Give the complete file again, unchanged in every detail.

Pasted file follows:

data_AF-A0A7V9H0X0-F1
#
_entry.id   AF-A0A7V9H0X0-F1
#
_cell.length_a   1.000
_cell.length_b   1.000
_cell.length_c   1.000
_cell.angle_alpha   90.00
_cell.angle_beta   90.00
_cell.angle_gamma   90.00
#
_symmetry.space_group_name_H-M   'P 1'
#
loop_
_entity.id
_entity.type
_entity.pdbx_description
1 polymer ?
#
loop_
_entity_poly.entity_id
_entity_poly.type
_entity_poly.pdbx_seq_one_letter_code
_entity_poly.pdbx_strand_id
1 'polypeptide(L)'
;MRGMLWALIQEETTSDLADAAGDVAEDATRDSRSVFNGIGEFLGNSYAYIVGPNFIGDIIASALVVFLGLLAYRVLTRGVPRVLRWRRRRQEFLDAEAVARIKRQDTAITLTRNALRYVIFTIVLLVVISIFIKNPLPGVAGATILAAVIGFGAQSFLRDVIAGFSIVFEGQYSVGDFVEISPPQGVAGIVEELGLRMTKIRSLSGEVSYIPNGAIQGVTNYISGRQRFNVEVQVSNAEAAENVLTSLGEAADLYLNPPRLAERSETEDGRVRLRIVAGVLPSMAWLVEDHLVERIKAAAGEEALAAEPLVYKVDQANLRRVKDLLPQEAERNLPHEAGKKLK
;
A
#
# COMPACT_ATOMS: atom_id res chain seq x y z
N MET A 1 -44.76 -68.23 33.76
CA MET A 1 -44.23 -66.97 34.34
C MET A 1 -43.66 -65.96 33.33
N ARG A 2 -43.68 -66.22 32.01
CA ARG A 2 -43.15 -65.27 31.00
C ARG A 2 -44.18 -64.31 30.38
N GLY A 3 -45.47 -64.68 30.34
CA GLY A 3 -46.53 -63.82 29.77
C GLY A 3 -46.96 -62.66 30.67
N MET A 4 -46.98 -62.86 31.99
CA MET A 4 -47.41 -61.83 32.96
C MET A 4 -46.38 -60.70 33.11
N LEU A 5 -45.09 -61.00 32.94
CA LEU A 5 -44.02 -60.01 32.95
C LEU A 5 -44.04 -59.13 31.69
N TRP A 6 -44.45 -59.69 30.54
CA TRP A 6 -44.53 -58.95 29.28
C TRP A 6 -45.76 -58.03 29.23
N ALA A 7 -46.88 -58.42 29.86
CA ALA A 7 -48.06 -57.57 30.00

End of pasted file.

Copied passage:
data_AF-A0A7V9H0X0-F1
#
_entry.id   AF-A0A7V9H0X0-F1
#
_cell.length_a   1.000
_cell.length_b   1.000
_cell.length_c   1.000
_cell.angle_alpha   90.00
_cell.angle_beta   90.00
_cell.angle_gamma   90.00
#
_symmetry.space_group_name_H-M   'P 1'
#
loop_
_entity.id
_entity.type
_entity.pdbx_description
1 polymer ?
#
loop_
_entity_poly.entity_id
_entity_poly.type
_entity_poly.pdbx_seq_one_letter_code
_entity_poly.pdbx_strand_id
1 'polypeptide(L)'
;MRGMLWALIQEETTSDLADAAGDVAEDATRDSRSVFNGIGEFLGNSYAYIVGPNFIGDIIASALVVFLGLLAYRVLTRGVPRVLRWRRRRQEFLDAEAVARIKRQDTAITLTRNALRYVIFTIVLLVVISIFIKNPLPGVAGATILAAVIGFGAQSFLRDVIAGFSIVFEGQYSVGDFVEISPPQGVAGIVEELGLRMTKIRSLSGEVSYIPNGAIQGVTNYISGRQRFNVEVQVSNAEAAENVLTSLGEAADLYLNPPRLAERSETEDGRVRLRIVAGVLPSMAWLVEDHLVERIKAAAGEEALAAEPLVYKVDQANLRRVKDLLPQEAERNLPHEAGKKLK
;
A
#
# COMPACT_ATOMS: atom_id res chain seq x y z
N MET A 1 -44.76 -68.23 33.76
CA MET A 1 -44.23 -66.97 34.34
C MET A 1 -43.66 -65.96 33.33
N ARG A 2 -43.68 -66.22 32.01
CA ARG A 2 -43.15 -65.27 31.00
C ARG A 2 -44.18 -64.31 30.38
N GLY A 3 -45.47 -64.68 30.34
CA GLY A 3 -46.53 -63.82 29.77
C GLY A 3 -46.96 -62.66 30.67
N MET A 4 -46.98 -62.86 31.99
CA MET A 4 -47.41 -61.83 32.96
C MET A 4 -46.38 -60.70 33.11
N LEU A 5 -45.09 -61.00 32.94
CA LEU A 5 -44.02 -60.01 32.95
C LEU A 5 -44.04 -59.13 31.69
N TRP A 6 -44.45 -59.69 30.54
CA TRP A 6 -44.53 -58.95 29.28
C TRP A 6 -45.76 -58.03 29.23
N ALA A 7 -46.88 -58.42 29.86
CA ALA A 7 -48.06 -57.57 30.00